As I noted before, I’d subscribe for this season, it looks that good. They are just too far away for me. But perhaps not for you. Tabard is in San Pedro Square in downtown San Jose. Tabard’s pricing for Early Bird tickets (until May 17, 2017) isn’t that bad: between $69 for students to $205 for their “caberet” seating; $159 is the basic adult ticket, meaning about $26.50 a ticket. Subscription information is here.

Tied to the Railroad Tracks

Written By: cahwyguy - Mon Feb 06, 2017 @ 12:27 pm PST

I have a friend who sees every action by President Trump or his advisors as an immediate slide of the country into autocracy and dictatorship. We’re being tied to the railroad tracks, the light at the end of the tunnel is an oncoming train, and no one will or can save us. The problem with that fear, however, is that it isn’t true.

First, the image of the damsel tied to the railroad tracks may be how we feel, but it wasn’t an actual silent film trope. It was a myth. As that article notes, “As a method of murder, this seems so melodramatic and old-timey that it must have originated back in the days of the silent film. But that scene rarely ever occurred, and probably not in the way you think it did.” To me, however, what stands out is a subsequent note:

“It’s really a tricky subject because people have this incredibly specific trope in mind (villain in top hat and mustache, screaming female victim, said villain tying or chaining said victim to tracks),” says Fritzi Kramer, creator of the silent film blog, Movies Silently. “But then when they are told that it was not actually common in silent film, they quickly grab for something, anything to prove that it happened.”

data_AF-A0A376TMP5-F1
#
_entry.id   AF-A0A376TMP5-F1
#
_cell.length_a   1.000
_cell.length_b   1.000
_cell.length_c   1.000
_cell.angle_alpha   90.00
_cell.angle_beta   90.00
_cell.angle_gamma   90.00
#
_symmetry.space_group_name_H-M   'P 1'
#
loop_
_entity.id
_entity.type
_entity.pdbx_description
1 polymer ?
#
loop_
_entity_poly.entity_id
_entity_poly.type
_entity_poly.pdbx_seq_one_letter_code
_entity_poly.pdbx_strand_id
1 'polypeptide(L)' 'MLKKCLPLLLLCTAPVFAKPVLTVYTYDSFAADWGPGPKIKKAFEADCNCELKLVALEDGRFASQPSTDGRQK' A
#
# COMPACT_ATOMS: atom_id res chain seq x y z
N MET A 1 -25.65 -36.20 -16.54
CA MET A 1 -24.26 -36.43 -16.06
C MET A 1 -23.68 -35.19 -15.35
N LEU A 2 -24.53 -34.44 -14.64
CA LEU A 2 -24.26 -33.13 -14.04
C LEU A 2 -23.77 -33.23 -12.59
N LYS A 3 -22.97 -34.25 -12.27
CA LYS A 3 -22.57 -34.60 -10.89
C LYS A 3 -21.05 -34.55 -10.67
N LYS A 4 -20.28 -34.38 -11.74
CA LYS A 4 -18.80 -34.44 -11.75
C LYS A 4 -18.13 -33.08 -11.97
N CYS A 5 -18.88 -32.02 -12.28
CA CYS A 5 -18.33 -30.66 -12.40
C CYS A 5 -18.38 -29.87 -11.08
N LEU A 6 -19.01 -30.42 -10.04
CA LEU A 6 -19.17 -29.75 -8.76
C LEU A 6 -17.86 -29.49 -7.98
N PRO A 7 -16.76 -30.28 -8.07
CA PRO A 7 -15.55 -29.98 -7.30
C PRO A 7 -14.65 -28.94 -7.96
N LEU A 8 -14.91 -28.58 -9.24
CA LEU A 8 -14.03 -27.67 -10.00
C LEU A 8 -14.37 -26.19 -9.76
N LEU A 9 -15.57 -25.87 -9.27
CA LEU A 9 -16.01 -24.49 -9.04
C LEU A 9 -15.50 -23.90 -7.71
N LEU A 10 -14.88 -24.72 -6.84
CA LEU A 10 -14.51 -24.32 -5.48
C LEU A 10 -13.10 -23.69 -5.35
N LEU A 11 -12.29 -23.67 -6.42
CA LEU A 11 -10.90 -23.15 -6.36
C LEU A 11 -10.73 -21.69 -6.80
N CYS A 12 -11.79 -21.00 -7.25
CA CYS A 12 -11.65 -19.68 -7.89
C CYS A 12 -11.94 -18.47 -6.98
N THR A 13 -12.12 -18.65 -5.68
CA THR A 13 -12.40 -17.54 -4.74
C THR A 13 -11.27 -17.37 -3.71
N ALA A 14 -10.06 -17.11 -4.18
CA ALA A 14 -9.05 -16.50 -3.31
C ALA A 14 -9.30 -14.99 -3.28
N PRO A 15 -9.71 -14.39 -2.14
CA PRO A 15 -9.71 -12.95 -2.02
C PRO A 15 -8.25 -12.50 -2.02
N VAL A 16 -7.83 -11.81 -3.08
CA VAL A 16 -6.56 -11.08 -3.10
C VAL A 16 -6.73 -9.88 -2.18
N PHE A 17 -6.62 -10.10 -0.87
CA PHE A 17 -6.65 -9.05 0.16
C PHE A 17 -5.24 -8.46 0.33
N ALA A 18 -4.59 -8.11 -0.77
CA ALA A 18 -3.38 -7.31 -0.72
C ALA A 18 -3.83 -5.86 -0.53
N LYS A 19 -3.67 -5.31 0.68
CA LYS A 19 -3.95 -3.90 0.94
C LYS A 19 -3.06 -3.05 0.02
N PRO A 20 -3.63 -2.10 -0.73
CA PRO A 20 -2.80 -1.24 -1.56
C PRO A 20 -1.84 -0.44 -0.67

This is what is happening with many of us since the inauguration. We see or hear something outrageous the administration has done, it reinforces our belief that Trump is a Facist or wannabee dictator, and we “quickly grab for something, anything to prove that it happened.” Just as the far right did with Obama, we see rampaging Facism in everything: The President, through his executive orders, wants to be the Supreme Dictator. We must recognize that reaction is fear talking; fear of someone of a strongly different political ideology and approach taking power, and fear that our system of government will crumble in the face of the Powerful President.

The Political SpectrumThe reality? Those voices are on the fringe, and not representative of the truth.

The reality? Resistance is working.